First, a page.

Joe AND Bessie
June 17, 1900
Nov. 22, 1907
A light from our household has gone
A voice we loved is stilled
A place is vacant in our hearts
That never can be filled.
The white marble gravestone of Aneta Harris in the BPOE 216 (Benevolent and Protective Order of Elks) Cemetery in San Antonio, Texas, is imbued with an abundance of symbolism. First of all, it is topped with a chubby baby girl nestled against a pillow and asleep on top of a cushion.
These gravestones for children, for me, are the most poignant. The mortality rates for children were very high. In the 1850s, for example, the mortality rates for children under one year were estimated at over 200 deaths per thousand, with much higher mortality rates for children under 5. It would have been far more comforting to think of a young child sleeping rather than the alternative. The sentiment is tender and terribly sad.
On the face of the gravestone, barely visible in an incised carving above her name, are two angles holding a crown as if they are ready to place it on the little girls head as she ascends to Heaven. The crown is a fairly common symbol found in American cemeteries. Sometimes it can be found as an incised carving at the top of the gravestone—often in conjunction with other symbolism such as palm leaves. The crown is a symbol of glory and reward and victory over death. The reward comes after life and the hard-fought battle on Earth against the wages of sin and the temptations of the flesh. The reward awaits in Heaven where the victor will receive a crown of victory. The crown also represents the sovereign authority of the Lord.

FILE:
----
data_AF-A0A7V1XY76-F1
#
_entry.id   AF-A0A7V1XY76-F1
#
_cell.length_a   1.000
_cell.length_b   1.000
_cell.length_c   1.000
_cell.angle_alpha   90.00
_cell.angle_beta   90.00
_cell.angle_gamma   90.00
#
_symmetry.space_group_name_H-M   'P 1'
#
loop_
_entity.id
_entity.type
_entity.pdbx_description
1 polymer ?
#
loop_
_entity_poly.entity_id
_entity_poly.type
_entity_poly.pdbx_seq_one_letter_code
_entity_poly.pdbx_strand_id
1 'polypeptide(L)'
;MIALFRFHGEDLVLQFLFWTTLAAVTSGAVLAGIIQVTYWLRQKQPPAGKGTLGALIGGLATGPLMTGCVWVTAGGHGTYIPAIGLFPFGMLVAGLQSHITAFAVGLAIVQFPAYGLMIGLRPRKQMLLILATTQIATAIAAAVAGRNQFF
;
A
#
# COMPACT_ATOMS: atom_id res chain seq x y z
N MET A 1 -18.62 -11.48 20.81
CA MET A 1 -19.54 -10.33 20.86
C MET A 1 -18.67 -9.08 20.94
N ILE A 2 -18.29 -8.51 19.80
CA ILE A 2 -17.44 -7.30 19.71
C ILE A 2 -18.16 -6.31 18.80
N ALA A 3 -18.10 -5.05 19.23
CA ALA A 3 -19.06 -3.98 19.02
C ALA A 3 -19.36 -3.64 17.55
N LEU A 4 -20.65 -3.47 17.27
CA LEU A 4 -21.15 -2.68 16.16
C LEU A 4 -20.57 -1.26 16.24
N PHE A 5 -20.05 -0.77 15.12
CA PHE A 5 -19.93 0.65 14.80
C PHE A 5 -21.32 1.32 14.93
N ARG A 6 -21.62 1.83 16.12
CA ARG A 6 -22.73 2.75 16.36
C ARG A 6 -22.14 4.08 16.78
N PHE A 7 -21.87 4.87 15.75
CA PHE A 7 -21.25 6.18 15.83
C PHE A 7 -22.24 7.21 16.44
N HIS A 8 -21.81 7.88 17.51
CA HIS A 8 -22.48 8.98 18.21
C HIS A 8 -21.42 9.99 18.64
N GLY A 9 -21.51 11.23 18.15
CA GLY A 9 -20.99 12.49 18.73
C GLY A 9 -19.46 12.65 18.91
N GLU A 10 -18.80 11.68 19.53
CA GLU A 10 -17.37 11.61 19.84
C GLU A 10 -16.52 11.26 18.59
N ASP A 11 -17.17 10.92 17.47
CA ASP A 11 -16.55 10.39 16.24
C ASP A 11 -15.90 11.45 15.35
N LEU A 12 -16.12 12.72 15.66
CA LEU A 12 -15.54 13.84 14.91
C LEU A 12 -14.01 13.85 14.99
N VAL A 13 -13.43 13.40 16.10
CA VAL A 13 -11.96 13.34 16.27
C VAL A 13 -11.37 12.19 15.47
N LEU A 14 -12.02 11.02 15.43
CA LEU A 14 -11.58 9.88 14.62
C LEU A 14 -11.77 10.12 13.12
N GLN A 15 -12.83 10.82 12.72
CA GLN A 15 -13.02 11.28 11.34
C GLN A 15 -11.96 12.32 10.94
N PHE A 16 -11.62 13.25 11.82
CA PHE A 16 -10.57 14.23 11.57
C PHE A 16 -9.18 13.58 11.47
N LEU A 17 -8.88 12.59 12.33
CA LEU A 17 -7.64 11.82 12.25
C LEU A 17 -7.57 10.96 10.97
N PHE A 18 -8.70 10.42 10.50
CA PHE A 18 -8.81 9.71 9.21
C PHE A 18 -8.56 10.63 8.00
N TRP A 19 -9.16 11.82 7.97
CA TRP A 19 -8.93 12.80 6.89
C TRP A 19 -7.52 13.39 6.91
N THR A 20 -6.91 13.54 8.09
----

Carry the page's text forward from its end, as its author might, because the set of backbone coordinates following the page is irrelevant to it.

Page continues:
Above the crown is a five-point star. The star can represent the life of Christ and the Five Holy Wounds of Christ–one wound in each hand, a wound in each foot, and one in His side where Jesus was pierced to check to make sure He was dead.
Marking the grave is a long curbing outlining the burial plot which would have been planted with blooming flowers.